Jello Biafra has little use for the mainstream — whether it's music, media, pop culture or politics. Corporate media is censored, pop culture is boring and the political system is a complete sham (or worse).
Biafra has spent a career rallying against the status quo, first as the snarling singer of the '80s hardcore band Dead Kennedys and owner of the record label Alternative Tentacles, then as an activist and spoken-word artist.
But he's never been in it for the doom and gloom.
"I am not driven to do this kind of extreme music because of some inner guilt trip about the state of the world. It's exactly the opposite. I do it for film and I do it for fun. I do it for joy. I like to rock, in other words," says Biafra, who plays Friday night at Strummer's with his band The Guantanamo School of Medicine. "If I'm going to rock, I might as well make the lyrics a little more interesting than a lot of other people's rock. I don't believe in art that's subtle. I believe in whacking people over the head. Musically and lyrically."
Enter "White People And The Damage Done," a wall-of-sound, in-your-face concept album that attacks the current program of corporate bank bailouts disguised as austerity. It's the second full-length from the band, which Biafra put together from a cadre of local Bay Area musicians after being inspired by Iggy Pop's 60th birthday gig in San Francisco. Biafra is 55.
He has collaborated with proto-grunge pioneers The Melvins and industrial metal musician Al Jourgensen, but this is his first official band since Dead Kennedys broke up in 1986.
It is not a cash-in on his musical past.
"It's not a retro act and it's not Jello Biafra-light by any means. I come from an era of punk where the teeth were sharp and the lyrics were nasty," Biafra says. It was a time when no two punk bands sounded alike.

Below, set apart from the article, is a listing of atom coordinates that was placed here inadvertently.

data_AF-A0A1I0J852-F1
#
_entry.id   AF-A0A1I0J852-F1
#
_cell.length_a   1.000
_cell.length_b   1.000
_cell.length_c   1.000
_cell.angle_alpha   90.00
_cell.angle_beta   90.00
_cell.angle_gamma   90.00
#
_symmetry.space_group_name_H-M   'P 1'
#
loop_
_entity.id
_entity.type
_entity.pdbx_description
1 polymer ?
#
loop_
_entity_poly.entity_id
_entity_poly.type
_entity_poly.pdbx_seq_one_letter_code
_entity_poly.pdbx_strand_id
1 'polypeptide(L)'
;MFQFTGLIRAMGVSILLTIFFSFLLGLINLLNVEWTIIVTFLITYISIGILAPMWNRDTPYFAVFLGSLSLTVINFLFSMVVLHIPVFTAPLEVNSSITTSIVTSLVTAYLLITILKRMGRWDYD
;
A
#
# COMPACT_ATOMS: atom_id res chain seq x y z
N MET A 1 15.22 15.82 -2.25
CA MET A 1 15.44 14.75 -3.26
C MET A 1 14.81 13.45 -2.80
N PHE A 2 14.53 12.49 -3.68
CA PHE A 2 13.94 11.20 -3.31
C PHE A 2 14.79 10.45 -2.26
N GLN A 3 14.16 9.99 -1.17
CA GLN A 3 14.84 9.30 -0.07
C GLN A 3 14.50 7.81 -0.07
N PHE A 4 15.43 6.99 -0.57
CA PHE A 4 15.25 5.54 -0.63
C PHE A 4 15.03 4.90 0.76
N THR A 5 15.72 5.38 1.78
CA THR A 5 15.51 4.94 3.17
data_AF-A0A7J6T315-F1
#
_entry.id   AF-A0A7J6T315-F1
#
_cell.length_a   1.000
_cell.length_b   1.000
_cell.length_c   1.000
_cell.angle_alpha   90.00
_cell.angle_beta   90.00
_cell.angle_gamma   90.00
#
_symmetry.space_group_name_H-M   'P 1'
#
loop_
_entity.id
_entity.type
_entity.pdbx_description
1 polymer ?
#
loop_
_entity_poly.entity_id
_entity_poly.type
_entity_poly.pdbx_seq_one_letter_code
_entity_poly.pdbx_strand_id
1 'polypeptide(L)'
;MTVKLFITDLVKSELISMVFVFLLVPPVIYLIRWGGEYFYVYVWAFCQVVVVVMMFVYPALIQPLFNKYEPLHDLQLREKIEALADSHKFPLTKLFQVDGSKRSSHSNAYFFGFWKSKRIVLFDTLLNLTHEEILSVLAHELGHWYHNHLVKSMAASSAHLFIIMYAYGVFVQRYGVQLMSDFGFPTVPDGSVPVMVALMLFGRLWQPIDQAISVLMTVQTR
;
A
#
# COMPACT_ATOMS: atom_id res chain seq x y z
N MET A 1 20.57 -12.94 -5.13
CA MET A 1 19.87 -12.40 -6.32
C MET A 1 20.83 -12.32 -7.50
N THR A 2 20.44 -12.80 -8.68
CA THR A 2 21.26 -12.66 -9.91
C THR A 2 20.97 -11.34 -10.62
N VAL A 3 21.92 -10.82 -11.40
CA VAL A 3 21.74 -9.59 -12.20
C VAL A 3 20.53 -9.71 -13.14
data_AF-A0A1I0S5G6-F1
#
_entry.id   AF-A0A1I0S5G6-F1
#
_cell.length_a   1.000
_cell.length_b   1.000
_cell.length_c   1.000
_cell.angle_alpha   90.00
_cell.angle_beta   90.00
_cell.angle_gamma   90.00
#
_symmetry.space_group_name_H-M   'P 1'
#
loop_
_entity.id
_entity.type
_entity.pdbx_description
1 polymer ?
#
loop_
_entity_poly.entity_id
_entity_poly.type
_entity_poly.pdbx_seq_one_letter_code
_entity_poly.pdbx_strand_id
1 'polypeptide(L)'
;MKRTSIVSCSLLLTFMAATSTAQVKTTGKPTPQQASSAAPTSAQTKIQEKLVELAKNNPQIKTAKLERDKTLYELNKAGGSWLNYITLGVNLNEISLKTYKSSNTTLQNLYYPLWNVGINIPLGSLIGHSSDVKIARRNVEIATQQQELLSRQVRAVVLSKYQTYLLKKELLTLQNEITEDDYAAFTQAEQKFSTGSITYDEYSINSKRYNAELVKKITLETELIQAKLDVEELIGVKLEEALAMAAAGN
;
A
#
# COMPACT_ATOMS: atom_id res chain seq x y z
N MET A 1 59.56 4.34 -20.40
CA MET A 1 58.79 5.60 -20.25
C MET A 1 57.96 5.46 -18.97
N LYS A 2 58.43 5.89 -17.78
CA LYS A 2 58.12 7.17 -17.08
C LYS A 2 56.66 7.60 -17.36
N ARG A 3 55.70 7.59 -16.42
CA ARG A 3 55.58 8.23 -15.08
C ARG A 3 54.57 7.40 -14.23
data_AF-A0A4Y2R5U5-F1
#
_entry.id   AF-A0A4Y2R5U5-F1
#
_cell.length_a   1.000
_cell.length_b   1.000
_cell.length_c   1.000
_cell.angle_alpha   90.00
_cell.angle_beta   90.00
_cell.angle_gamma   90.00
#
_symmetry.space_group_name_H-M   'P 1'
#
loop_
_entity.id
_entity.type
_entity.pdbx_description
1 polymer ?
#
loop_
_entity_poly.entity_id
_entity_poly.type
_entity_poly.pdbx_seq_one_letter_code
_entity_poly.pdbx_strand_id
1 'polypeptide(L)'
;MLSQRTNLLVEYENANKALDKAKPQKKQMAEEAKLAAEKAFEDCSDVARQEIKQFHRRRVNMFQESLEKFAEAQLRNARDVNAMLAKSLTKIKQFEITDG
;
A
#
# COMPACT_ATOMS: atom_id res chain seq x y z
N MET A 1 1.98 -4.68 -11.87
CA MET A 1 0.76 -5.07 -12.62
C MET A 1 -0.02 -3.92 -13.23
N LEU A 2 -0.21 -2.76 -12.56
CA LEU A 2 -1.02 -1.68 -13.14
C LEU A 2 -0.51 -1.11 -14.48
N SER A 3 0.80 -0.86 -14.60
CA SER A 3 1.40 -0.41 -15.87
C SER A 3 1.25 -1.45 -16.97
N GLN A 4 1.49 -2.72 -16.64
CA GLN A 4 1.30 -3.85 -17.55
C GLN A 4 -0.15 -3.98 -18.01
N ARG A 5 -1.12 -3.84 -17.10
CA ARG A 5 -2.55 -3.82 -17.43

They couldn't. The underground was small, and if you didn't come with something new, people wouldn't be interested.
If Dead Kennedys and others didn't crack the mainstream, it was for good reason. It was never the intent, Biafra says.
The music did find its way into pop culture in the form of "pop-punk," a by-product of the success of bands like Green Day and Offspring.
"They got big because they were talented and good at what they do. But the net result was some dodgy imitations — might as well be boy bands with Sid Vicious haircuts. We get a lot of those as demo to my label, sometimes with the return address of a modeling agency. My attitude is, anything that sounds to me like the Eagles with loud guitars, out of my stereo it goes. Life's too short to keep up with boring music and crappy pop culture."
An alternative exists, though it's buried in the underground. You'll find it in certain sub-genres metal, punk and hip-hop, but you have to search it out, Biafra says.
"It's not the kind of thing that is going to be picked up by MTV, sponsored by skateboard and beer companies and thrown all over TV commercials and Live Nation package shows."
Jello Biafra and The Guantanamo School of Medicine play Strummer's, 833 E. Fern St., 8 p.m. Friday, all ages. Tickets are $14. (559) 485-5356, numbskullshows.com
The reporter can be reached at (559) 441-6479, email@example.com or @joshuatehee on Twitter or Instagram. Read his blog at Fresnobeehive.com